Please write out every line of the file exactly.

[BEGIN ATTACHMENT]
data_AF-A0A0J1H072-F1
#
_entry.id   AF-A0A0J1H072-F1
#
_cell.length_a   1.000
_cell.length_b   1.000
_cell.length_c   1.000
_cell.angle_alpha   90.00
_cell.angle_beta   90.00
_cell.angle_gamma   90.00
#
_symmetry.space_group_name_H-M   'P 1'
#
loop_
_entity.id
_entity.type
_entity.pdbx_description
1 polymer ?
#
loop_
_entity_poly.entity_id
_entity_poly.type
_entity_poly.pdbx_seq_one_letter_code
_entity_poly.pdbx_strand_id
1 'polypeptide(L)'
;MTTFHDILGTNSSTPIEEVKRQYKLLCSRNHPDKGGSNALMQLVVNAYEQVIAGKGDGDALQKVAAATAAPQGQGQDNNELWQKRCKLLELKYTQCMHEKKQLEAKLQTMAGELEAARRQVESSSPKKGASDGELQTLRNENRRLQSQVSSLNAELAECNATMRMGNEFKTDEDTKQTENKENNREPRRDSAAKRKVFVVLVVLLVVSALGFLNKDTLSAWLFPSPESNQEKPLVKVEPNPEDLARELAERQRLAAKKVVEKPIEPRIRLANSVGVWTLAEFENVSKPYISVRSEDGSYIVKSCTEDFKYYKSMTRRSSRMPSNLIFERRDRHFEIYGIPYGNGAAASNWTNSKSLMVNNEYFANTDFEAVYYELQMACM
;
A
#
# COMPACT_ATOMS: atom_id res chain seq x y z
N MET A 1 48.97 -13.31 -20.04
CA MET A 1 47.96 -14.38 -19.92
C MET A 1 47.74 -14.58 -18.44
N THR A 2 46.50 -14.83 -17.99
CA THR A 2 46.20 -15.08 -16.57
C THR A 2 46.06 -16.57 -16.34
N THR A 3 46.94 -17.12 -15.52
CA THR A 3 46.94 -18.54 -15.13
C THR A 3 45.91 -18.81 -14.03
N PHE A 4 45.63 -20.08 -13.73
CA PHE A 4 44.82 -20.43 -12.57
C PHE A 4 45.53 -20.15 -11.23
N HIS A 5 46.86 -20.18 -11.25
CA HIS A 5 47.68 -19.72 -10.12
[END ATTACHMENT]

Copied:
data_AF-A0A0J1H072-F1
#
_entry.id   AF-A0A0J1H072-F1
#
_cell.length_a   1.000
_cell.length_b   1.000
_cell.length_c   1.000
_cell.angle_alpha   90.00
_cell.angle_beta   90.00
_cell.angle_gamma   90.00
#
_symmetry.space_group_name_H-M   'P 1'
#
loop_
_entity.id
_entity.type
_entity.pdbx_description
1 polymer ?
#
loop_
_entity_poly.entity_id
_entity_poly.type
_entity_poly.pdbx_seq_one_letter_code
_entity_poly.pdbx_strand_id
1 'polypeptide(L)'
;MTTFHDILGTNSSTPIEEVKRQYKLLCSRNHPDKGGSNALMQLVVNAYEQVIAGKGDGDALQKVAAATAAPQGQGQDNNELWQKRCKLLELKYTQCMHEKKQLEAKLQTMAGELEAARRQVESSSPKKGASDGELQTLRNENRRLQSQVSSLNAELAECNATMRMGNEFKTDEDTKQTENKENNREPRRDSAAKRKVFVVLVVLLVVSALGFLNKDTLSAWLFPSPESNQEKPLVKVEPNPEDLARELAERQRLAAKKVVEKPIEPRIRLANSVGVWTLAEFENVSKPYISVRSEDGSYIVKSCTEDFKYYKSMTRRSSRMPSNLIFERRDRHFEIYGIPYGNGAAASNWTNSKSLMVNNEYFANTDFEAVYYELQMACM
;
A
#
# COMPACT_ATOMS: atom_id res chain seq x y z
N MET A 1 48.97 -13.31 -20.04
CA MET A 1 47.96 -14.38 -19.92
C MET A 1 47.74 -14.58 -18.44
N THR A 2 46.50 -14.83 -17.99
CA THR A 2 46.20 -15.08 -16.57
C THR A 2 46.06 -16.57 -16.34
N THR A 3 46.94 -17.12 -15.52
CA THR A 3 46.94 -18.54 -15.13
C THR A 3 45.91 -18.81 -14.03
N PHE A 4 45.63 -20.08 -13.73
CA PHE A 4 44.82 -20.43 -12.57
C PHE A 4 45.53 -20.15 -11.23
N HIS A 5 46.86 -20.18 -11.25
CA HIS A 5 47.68 -19.72 -10.12